“Turkey’s interference in the region creates a fertile environment for extremists and terrorist groups,” said the Observatory for Monitoring Takfiri Fatwas and Extremist Ideologies at Dar al-Ifta in a statement on Sunday.
“The Turkish ambitions in the Arab states and Turkish President Recep Tayyip Erdoğan’s attempts to control Syria and Libya create a fertile environment for the terrorist trends and organizations,” the statement read.
The observatory added that such ambitions increase chaos and incite violence in war-stricken countries, noting that Turkey’s intervention in Libya, which represents a blatant violation against the international laws and resolutions, will turn the country into another Syria.
“The unlawful and controversial Memoranda of Understanding (MoUs) between Turkey and Head of the Government of National Accord (GNA) Fayez al-Sarraj result in dire consequences in the whole region,” said the Observatory, calling upon the international community to fully support the Libyan Parliament, which stands against the signed deals.
On January 2, 2020, the Turkish Parliament voted for Erdogan’s proposal to send Turkish troops to Libya after signing the deals in February 2019 on drawing maritime borders in the Mediterranean Sea- one of the largest natural gas resources in the region- and on enhancing military cooperation.
The deals provoked anger in Egypt, Cyprus and Greece that voiced their rejection of the deal as it contradicts with the international agreements. “Egypt affirms that such memoranda possess no legal effect, as they cannot be recognized in light of the fact that Article 8 of the Sukhirat Political Agreement on Libya, widely accepted by Libyans, defines the competences conferred to the Council of Ministers, expressly stipulating that the Council of Ministers as an entity – and not the president of the council alone – has the power to conclude international agreements,” the Egyptian Foreign Ministry earlier said in a statement.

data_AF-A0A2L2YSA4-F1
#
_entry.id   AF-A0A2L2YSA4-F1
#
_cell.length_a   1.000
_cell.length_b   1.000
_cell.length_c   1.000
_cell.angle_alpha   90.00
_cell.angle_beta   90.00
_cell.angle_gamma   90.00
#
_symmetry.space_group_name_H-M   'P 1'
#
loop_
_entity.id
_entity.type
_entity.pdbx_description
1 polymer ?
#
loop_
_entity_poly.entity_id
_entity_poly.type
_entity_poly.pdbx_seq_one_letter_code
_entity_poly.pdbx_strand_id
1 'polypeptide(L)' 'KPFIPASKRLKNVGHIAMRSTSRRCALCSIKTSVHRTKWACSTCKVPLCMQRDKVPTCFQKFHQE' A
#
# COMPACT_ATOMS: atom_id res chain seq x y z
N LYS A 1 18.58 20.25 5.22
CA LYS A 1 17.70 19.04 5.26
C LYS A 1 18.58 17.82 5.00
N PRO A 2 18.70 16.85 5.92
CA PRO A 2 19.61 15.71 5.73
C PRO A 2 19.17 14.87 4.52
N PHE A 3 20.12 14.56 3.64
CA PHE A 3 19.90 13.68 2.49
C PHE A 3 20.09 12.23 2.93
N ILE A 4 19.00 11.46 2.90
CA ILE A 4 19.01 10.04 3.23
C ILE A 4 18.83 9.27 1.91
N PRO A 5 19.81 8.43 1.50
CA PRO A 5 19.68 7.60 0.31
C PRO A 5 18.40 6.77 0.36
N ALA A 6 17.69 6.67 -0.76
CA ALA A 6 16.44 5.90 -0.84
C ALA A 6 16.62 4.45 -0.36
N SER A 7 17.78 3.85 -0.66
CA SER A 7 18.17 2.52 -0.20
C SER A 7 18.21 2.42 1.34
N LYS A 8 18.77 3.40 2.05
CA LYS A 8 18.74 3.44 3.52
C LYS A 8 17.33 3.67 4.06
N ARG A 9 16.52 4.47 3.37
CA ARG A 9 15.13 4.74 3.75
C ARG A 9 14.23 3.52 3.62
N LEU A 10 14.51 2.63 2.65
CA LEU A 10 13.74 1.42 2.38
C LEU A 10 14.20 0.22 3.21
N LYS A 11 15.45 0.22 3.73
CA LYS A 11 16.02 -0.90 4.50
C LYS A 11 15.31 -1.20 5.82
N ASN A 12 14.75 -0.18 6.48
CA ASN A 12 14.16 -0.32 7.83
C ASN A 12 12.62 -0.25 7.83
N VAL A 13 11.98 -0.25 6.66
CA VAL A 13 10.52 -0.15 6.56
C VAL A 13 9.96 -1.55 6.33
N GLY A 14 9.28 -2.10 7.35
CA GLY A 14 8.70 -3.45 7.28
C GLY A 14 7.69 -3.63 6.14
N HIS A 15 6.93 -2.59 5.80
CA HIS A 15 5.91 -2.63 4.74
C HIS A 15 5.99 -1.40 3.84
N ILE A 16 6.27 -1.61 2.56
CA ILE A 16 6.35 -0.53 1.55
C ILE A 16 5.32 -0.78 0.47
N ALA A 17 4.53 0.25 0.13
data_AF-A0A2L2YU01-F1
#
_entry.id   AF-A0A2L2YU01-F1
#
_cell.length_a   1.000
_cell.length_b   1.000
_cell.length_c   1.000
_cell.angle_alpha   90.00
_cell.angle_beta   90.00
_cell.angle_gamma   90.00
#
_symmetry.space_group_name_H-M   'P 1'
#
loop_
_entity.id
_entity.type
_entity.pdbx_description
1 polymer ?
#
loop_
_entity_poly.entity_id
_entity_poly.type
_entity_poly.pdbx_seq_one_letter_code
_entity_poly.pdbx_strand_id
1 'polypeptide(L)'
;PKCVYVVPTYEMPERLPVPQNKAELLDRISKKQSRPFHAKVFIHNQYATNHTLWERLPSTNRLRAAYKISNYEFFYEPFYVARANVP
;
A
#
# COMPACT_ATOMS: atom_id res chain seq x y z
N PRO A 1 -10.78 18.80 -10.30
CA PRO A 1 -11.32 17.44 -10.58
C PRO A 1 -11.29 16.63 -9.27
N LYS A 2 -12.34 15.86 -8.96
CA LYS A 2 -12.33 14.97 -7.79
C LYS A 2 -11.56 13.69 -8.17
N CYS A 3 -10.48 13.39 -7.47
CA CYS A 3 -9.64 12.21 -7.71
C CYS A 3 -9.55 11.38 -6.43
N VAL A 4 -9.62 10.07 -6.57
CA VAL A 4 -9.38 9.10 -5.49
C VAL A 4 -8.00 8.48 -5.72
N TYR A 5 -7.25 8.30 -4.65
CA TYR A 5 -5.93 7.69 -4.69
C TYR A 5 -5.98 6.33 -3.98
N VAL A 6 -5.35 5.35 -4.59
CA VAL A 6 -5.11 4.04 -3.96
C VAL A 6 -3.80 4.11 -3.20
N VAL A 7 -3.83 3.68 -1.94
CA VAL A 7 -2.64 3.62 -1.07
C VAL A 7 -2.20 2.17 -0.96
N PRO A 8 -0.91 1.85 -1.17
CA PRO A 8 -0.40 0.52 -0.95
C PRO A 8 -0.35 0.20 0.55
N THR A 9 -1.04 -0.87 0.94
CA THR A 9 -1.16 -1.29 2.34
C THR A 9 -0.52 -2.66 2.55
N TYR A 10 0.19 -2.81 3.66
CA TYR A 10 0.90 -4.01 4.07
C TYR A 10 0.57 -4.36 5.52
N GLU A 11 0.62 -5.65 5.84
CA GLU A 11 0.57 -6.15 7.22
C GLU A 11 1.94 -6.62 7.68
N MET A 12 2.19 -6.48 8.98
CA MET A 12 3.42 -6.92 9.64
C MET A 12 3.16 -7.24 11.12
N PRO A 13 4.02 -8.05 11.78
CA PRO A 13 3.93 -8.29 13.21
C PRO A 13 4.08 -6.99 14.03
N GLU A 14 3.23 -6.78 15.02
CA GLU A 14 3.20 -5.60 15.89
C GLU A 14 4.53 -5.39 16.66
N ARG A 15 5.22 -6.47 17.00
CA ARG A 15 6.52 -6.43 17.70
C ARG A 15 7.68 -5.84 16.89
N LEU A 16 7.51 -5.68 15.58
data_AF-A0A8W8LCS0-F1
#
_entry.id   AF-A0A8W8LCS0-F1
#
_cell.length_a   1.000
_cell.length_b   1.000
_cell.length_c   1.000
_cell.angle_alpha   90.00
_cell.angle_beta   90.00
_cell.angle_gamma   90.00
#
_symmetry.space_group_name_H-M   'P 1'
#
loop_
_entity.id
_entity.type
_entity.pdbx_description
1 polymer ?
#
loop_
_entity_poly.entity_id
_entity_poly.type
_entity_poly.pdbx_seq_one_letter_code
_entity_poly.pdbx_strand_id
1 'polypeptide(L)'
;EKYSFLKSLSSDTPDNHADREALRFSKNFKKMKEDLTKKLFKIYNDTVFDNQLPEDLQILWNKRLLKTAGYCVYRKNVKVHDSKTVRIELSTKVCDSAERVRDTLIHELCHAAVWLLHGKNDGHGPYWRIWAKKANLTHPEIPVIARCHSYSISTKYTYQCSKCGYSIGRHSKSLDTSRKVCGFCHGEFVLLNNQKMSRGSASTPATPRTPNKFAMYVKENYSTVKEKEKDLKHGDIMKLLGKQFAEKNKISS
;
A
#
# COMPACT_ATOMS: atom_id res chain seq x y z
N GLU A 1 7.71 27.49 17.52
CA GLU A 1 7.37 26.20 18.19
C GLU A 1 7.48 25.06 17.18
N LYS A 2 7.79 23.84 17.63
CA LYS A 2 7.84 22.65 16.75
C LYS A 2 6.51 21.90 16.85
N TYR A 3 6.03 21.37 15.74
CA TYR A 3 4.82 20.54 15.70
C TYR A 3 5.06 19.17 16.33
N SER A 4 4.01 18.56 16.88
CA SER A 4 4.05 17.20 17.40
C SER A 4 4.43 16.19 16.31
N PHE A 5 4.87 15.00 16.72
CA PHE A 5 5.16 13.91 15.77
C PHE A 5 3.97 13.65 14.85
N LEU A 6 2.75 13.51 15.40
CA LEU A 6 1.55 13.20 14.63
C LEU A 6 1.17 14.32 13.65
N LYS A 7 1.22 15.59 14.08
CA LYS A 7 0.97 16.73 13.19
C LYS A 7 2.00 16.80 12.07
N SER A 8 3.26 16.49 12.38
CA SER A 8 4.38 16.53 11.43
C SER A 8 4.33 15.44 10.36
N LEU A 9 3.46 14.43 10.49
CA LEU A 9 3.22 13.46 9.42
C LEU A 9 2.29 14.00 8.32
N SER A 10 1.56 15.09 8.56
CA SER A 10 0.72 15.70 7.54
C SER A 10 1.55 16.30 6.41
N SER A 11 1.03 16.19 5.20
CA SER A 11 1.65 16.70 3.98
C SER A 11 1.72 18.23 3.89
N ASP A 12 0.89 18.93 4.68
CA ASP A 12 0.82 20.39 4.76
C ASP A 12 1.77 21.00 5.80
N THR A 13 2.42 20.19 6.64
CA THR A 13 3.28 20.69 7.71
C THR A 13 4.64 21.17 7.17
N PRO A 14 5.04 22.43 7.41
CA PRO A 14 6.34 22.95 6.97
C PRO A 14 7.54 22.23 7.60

Meanwhile, the Libyan Parliament held Saturday an emergency session, in which it voted on a bundle of decisions, including the rejection of the deals inked between the GNA and Turkey.
The parliament voted unanimously on authorizing General Commander of the Libyan National Army Khalifa Haftar to disable airports, ports, and land gates that are controlled by the militias.
The parliament further agreed to address the UN Security Council, the League of Arab States, the African Union, the European Union and other international organizations to withdraw the recognition of the GNA.